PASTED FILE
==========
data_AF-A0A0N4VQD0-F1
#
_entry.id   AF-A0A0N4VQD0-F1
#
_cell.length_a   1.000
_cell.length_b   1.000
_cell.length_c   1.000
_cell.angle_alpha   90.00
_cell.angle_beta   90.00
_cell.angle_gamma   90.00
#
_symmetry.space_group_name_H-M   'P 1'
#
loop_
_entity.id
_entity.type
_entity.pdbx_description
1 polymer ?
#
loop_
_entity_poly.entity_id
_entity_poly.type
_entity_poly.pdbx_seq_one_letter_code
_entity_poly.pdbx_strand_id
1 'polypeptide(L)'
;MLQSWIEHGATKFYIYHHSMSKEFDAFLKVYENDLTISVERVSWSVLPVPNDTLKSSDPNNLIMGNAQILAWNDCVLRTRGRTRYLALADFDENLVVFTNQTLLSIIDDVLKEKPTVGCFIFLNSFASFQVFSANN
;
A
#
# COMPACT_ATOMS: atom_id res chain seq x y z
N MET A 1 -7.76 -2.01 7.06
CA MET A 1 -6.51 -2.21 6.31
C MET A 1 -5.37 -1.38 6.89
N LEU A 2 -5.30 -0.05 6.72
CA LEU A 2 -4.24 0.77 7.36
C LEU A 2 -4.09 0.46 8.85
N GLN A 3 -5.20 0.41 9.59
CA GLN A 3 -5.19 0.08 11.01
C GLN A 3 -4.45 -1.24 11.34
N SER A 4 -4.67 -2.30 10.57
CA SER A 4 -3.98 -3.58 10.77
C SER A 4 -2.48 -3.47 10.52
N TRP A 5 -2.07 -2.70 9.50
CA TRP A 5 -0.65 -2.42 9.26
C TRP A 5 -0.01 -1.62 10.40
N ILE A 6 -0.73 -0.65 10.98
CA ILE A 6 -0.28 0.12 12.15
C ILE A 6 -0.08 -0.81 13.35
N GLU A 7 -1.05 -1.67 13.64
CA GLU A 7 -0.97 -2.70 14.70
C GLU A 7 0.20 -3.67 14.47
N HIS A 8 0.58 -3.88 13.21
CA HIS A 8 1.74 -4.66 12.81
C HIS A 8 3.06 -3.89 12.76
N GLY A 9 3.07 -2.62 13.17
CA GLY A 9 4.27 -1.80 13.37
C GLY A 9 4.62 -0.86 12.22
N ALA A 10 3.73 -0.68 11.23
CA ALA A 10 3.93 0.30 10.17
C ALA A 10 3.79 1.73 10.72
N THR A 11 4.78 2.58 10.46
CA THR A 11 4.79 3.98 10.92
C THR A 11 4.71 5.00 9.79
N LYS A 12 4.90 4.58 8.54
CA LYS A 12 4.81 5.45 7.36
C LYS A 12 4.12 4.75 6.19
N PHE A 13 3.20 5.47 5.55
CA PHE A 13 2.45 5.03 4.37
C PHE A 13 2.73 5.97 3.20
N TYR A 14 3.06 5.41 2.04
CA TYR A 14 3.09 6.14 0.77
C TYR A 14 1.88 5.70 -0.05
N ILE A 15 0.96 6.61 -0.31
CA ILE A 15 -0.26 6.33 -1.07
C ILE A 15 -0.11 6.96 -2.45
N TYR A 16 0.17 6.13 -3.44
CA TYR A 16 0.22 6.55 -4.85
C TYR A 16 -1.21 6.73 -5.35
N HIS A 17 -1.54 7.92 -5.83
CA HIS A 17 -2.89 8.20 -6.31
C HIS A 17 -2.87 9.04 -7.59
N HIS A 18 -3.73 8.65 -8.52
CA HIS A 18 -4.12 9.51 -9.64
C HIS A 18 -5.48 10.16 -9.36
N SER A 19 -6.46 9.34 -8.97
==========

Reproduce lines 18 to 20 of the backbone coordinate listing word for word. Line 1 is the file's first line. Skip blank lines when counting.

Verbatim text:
1 polymer ?
#
loop_